The Last Wilkie’s (Jon Steiner, Spineless Wonders)
The Last Wilkie’s is a quirky collection of short stories that are by turns funny, dark and troubling. Some are only a few sentences long; others span 10-15 pages. All are effortless to read and laced with a quick, sardonic wit that pokes fun at the life narratives we so earnestly attempt to create. In ‘Jungle Train’, Jon Steiner articulates a modern relationship nightmare—the narrator is stuck on a stuffy foreign train with a sullen girlfriend, her silently judging parents and no snacks—yet somehow she manages to triumph. In ‘Rights of Man’, a temper tantrum is narrated from the perspective of the toddler in absurdly formal and amusingly inadequate language. ‘Summit’ is a more poignant and serious story about the doomed trajectory of a relationship, while ‘Open for Inspection’ and ‘Gecko’ resonate with a deep sadness about the passing of things. The term ‘quirky’ is often used in a dismissive way, yet it neatly describes how Steiner’s stories combine emotional clout with comic relief. Steiner’s work has previously appeared in the UTS Writers’ Anthology and two Spineless Wonders publications, and he is clearly a writer who delights in approaching the short-story format at new and challenging angles.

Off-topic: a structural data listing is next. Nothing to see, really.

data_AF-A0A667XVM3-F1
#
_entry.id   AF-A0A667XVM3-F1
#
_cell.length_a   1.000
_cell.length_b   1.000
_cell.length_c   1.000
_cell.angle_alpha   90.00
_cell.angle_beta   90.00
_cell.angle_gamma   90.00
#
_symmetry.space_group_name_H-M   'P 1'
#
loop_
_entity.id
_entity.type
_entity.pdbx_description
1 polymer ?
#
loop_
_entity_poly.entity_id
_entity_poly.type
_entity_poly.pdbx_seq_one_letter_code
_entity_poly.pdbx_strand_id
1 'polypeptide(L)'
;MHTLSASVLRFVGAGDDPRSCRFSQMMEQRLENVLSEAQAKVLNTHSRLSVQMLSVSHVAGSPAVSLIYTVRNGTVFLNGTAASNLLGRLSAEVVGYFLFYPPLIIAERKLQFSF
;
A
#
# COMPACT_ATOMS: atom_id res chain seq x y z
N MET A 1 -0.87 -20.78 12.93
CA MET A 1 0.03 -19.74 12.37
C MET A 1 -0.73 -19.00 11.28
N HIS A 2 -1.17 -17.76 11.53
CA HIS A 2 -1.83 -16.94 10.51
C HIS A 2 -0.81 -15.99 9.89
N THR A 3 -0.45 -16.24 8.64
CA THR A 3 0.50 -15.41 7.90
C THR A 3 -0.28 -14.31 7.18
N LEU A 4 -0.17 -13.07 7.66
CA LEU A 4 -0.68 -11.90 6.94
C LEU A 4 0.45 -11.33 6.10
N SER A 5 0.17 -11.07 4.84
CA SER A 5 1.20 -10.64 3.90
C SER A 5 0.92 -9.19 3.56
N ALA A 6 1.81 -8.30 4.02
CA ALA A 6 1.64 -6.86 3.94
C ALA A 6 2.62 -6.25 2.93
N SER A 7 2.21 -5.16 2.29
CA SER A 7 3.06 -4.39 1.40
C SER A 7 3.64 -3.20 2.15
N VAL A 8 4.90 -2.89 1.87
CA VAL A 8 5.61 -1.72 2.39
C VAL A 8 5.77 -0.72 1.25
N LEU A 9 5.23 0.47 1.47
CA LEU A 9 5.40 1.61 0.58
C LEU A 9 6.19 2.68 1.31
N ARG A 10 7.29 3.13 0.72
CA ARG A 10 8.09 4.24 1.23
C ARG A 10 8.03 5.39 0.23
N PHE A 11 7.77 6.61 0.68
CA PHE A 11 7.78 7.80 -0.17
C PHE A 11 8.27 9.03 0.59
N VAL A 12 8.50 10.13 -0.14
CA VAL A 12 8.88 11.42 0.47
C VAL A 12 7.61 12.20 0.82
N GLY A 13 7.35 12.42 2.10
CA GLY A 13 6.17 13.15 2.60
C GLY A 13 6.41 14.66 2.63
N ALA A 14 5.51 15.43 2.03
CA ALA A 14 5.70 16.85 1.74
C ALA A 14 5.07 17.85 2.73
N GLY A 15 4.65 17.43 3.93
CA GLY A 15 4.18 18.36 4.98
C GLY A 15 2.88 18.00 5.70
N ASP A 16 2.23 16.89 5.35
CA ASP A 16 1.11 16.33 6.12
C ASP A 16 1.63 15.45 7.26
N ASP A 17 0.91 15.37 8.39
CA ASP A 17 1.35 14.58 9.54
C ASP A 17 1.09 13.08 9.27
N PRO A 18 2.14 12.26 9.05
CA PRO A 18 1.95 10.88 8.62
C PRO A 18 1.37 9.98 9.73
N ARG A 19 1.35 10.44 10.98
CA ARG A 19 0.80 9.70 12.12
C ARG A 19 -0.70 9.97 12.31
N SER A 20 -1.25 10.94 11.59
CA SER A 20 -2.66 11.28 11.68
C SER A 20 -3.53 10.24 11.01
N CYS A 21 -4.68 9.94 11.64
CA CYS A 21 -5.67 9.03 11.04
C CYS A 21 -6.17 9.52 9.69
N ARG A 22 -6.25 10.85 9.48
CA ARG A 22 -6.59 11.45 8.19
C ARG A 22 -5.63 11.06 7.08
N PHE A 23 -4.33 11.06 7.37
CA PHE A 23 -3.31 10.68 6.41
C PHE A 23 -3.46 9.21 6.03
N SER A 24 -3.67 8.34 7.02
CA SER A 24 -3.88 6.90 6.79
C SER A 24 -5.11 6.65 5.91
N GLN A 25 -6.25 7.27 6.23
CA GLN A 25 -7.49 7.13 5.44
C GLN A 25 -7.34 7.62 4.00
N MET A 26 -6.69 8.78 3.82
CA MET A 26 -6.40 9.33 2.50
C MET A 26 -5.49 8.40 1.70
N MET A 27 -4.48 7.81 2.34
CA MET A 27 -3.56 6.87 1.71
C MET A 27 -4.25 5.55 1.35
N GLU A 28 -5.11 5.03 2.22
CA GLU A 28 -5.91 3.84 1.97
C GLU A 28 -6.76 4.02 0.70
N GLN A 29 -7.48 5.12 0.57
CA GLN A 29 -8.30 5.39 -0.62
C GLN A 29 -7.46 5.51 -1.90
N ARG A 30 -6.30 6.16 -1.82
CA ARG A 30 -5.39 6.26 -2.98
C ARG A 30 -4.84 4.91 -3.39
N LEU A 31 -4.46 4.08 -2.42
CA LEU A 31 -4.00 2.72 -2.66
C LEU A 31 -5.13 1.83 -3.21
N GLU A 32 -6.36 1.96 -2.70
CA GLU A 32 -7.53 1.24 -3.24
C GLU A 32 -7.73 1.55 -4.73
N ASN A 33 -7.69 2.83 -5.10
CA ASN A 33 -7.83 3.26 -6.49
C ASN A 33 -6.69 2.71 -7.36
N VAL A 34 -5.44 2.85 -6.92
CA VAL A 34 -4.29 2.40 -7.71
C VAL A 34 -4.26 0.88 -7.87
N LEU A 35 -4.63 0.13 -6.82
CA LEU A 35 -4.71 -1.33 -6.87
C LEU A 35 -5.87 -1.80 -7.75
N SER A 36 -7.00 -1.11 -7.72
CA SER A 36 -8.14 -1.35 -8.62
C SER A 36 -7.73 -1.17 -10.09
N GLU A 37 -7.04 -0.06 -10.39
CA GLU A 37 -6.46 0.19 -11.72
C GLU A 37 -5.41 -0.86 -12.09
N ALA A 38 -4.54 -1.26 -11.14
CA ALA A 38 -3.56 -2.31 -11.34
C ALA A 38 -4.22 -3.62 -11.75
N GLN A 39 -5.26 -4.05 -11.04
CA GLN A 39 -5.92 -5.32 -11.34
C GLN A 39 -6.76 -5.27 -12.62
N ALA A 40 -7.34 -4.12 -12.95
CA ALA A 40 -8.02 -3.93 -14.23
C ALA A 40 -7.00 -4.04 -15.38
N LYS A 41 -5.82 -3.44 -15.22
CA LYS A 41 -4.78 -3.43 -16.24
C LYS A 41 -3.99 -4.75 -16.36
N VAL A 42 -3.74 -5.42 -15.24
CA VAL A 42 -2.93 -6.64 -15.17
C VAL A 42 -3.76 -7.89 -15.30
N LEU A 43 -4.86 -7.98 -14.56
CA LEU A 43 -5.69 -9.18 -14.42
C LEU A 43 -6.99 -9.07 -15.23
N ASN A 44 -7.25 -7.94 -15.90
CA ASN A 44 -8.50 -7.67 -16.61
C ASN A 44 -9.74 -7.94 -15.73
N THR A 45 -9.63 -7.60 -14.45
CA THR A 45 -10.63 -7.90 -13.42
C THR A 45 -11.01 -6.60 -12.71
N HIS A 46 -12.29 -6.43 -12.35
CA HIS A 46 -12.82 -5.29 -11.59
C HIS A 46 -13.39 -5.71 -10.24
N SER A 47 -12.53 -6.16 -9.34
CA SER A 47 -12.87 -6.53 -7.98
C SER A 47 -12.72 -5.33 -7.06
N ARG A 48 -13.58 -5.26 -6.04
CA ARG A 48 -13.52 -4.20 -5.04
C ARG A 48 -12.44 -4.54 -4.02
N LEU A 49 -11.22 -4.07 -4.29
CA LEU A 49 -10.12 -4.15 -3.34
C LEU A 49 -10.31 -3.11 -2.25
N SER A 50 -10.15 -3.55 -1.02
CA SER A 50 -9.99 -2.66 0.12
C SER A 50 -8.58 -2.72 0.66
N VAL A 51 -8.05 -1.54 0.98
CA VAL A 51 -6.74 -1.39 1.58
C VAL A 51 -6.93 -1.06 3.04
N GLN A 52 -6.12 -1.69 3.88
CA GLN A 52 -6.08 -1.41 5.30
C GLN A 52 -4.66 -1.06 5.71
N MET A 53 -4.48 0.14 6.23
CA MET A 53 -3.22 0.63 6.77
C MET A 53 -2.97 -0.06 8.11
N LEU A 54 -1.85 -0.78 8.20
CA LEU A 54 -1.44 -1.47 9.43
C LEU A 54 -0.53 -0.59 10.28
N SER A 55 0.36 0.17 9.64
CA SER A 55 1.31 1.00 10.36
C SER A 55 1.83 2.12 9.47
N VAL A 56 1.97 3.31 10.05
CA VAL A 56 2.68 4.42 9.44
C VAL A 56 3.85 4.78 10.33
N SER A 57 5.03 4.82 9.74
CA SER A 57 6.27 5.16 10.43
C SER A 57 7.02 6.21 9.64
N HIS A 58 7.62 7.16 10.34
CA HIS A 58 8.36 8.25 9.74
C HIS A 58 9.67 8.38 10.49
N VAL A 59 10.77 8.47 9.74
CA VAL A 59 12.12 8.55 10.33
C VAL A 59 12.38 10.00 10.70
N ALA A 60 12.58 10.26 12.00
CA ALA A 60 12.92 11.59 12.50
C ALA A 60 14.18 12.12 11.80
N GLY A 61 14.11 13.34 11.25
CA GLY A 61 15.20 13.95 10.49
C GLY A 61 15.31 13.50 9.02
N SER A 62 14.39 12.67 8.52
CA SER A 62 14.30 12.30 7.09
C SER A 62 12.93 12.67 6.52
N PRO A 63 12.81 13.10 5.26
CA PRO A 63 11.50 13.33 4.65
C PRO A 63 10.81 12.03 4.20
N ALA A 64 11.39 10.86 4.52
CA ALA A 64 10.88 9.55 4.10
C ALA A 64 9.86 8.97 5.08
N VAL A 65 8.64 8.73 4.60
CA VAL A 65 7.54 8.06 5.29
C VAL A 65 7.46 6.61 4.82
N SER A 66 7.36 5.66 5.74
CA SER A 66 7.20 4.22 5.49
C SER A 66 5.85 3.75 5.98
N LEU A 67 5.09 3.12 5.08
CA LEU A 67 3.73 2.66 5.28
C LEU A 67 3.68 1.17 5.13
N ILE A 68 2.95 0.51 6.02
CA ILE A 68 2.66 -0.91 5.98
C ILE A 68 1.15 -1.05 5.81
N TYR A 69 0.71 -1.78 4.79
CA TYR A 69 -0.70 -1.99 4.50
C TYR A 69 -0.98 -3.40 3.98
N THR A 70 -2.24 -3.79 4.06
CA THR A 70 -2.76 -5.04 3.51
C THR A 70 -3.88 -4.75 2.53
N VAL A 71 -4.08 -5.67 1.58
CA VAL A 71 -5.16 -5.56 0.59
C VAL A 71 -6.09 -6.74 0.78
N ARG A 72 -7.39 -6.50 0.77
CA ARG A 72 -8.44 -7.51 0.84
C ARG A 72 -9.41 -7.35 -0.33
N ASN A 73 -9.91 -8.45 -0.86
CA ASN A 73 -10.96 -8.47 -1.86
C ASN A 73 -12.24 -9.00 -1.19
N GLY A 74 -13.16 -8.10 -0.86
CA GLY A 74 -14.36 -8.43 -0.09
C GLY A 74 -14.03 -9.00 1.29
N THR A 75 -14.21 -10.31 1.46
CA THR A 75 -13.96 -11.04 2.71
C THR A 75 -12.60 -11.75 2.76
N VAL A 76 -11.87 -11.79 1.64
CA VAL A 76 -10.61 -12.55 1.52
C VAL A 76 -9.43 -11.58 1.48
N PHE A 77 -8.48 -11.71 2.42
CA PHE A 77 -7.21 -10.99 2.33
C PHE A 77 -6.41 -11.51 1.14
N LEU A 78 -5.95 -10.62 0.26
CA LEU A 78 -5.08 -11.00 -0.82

Hilary Simmons is a former assistant editor at Books+Publishing and a freelance reviewer and journalist